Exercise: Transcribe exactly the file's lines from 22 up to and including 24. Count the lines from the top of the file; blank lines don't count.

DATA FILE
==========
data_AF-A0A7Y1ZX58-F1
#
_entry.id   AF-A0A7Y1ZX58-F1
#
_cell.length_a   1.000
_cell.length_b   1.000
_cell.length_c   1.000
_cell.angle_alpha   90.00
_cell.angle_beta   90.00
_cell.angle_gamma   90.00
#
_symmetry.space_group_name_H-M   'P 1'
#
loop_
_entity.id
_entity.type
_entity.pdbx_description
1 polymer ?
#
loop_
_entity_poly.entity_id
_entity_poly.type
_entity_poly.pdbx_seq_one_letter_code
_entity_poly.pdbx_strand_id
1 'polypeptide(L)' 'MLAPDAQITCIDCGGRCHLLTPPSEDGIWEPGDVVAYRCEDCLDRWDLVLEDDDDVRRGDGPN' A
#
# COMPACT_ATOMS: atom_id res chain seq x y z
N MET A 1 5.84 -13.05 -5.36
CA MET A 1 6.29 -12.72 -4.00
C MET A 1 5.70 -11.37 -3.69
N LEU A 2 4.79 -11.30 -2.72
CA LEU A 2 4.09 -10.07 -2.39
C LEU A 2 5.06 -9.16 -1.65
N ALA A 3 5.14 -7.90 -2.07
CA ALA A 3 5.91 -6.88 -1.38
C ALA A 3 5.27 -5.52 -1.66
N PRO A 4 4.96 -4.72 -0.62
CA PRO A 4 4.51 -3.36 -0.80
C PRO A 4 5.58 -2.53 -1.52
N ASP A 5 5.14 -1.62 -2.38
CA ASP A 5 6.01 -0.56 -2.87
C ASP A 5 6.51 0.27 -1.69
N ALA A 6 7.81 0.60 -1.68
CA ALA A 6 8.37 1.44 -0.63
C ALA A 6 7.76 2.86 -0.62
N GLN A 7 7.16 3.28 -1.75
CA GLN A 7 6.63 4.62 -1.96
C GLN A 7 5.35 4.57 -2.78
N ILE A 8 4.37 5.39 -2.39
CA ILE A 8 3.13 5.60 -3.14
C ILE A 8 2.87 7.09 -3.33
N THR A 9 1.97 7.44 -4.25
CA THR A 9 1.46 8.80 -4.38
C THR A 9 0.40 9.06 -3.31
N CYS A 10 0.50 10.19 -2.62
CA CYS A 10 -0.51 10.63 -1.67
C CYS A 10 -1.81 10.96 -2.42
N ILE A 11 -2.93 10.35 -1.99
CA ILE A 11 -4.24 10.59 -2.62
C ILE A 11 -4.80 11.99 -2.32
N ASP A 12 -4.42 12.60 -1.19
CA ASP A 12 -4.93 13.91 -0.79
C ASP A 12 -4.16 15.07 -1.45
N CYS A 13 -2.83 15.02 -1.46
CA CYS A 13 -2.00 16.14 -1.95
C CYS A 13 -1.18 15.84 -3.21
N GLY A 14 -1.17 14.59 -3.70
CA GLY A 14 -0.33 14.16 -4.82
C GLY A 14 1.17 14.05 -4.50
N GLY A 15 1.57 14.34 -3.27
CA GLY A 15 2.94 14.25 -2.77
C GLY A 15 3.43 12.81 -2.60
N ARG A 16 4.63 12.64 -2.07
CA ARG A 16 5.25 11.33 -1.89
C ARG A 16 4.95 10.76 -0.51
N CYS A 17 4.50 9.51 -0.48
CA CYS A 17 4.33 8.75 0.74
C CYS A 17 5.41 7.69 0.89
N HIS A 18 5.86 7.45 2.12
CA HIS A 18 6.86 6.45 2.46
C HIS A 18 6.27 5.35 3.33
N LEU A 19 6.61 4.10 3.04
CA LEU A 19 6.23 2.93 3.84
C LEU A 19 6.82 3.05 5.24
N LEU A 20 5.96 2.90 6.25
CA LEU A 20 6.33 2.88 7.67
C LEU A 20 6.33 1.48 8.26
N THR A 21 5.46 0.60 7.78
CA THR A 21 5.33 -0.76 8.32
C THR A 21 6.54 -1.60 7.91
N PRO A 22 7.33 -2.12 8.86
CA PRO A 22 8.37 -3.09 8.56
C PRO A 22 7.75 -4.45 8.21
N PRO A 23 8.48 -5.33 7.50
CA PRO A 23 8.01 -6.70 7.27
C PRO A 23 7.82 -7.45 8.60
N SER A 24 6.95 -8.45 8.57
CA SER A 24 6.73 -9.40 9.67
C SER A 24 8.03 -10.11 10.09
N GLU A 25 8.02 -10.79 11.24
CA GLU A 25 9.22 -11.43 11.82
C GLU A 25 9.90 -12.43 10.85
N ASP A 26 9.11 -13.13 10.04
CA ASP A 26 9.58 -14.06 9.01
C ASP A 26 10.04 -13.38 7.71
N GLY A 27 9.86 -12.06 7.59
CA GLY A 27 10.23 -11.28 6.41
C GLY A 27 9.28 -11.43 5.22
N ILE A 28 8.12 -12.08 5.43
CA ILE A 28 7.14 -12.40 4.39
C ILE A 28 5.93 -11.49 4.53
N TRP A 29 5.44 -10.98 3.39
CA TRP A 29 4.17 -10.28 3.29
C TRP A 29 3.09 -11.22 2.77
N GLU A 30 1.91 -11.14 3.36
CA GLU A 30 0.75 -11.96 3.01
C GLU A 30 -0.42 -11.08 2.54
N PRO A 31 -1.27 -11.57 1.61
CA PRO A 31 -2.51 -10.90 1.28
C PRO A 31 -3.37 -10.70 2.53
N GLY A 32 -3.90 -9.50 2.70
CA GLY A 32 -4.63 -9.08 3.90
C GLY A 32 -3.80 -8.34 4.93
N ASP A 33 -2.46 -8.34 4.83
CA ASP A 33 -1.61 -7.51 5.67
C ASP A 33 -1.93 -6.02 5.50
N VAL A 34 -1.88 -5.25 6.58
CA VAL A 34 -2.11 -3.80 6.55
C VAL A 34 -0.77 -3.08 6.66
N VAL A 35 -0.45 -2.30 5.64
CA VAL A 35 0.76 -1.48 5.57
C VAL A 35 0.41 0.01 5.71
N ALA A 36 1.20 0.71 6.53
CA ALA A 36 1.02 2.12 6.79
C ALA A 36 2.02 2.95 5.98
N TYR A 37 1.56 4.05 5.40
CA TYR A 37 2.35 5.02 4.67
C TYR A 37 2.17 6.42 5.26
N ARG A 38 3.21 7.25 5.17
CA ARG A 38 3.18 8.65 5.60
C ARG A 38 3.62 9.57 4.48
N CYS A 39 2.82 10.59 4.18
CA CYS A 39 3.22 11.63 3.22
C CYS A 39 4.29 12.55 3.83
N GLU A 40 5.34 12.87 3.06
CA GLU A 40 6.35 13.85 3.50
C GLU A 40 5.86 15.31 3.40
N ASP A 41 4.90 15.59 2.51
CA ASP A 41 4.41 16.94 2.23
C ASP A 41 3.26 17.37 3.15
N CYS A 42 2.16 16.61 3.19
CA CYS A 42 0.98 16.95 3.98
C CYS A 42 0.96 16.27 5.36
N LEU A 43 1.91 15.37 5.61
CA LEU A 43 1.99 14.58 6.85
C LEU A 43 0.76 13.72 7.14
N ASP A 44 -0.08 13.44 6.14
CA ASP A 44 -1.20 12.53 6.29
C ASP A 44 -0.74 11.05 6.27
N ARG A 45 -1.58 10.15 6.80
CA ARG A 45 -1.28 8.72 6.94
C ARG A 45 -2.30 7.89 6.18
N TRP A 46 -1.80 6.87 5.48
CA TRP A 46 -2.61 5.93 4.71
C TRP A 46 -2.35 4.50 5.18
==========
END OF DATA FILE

_entity_poly.type
_entity_poly.pdbx_seq_one_letter_code
_entity_poly.pdbx_strand_id